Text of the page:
Groups vs systems

Sep. 20th, 2017 10:13 am
dpolicar: (Default)
[personal profile] dpolicar
I am so very tired of the narrative of "We shouldn't condemn a whole group because of some bad individuals. There are good people and bad people in that group."

Here's the thing: there's a difference between a group of people and a system of people. The difference is that a system of people comprises not only the individuals, but also the social constructs that guide the behavior of those individuals... in other words, the system itself.

For example, a company isn't just a bunch of people who coincidentally happen to work on the same projects in distributed ways. A school system isn't a bunch of teachers and administrators who independently happen to work the same way. A police precinct isn't a bunch of officers who just happen to follow the same rules.

In each of these cases there are policies and guidelines and hierarchies and informal structures and so forth that shape behavior. There's a system.

And when we praise or condemn the public school system, or the police, or Microsoft, or etc. we mostly aren't praising or condemning a whole group because of some good or bad individuals. I mean, sure, those individuals exist, but they aren't the reason. We are praising/condemning a whole group because of the system that organizes it. And the larger the system we're talking about, the more true that is: when we say that democracies are more just than totalitarian states, or that capitalism is more efficient than communism, or that communism is more humane than capitalism, or various other claims along those lines, we're basically not saying anything at all about any individual.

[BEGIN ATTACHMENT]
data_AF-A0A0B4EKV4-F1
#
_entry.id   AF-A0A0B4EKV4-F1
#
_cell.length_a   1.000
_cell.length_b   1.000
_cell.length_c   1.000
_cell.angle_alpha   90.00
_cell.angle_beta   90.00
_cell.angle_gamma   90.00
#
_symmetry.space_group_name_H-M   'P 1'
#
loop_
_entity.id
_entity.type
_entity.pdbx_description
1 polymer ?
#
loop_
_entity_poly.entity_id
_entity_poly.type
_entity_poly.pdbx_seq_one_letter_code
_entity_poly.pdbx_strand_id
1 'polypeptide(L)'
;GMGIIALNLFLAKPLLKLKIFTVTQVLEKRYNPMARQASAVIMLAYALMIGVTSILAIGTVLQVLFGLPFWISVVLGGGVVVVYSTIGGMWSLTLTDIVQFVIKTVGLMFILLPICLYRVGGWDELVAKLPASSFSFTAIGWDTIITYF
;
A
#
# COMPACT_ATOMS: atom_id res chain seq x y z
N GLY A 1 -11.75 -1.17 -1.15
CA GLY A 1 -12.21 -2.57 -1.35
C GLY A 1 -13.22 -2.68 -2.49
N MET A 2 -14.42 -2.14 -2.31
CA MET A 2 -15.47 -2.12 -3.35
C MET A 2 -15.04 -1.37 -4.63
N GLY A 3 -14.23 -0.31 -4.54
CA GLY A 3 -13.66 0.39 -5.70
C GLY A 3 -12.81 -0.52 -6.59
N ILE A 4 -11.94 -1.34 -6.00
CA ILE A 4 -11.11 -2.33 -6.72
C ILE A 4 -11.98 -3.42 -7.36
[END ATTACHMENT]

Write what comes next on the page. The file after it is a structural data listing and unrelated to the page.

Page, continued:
Or at least, that's how it should be. I mean, sure, sometimes we praise or condemn a group of people just because we're applying aggregate-level stereotypes to all the individuals in that group. And in those cases the "We shouldn't condemn a whole group because of some bad individuals. There are good people and bad people in that group." narrative makes sense: we really shouldn't! Or at least, we're overwhelmingly likely to be mistaken when we do; we can draw our own ethical conclusions from there.

(I am reminded now of a friendship I broke some time back by expressing both the idea that condemning individuals because of their group affiliations is bad, and the idea that analyzing the common behaviors of individuals is the only way we can identify pathological systems, in ways that struck them as infuriatingly and relationship-endingly hypocritical.)

And sure, sometimes we make analysis errors in this space. Sometimes there's a system operating we're unaware of. Sometimes we infer the presence of systems that don't actually operate, or aren't relevant to what we're talking about. It's easy to talk about the behavior of people while ignoring the systems that shape us, and it's easy to handwave about notional systems without actually making any concrete or testable claims about whether they exist.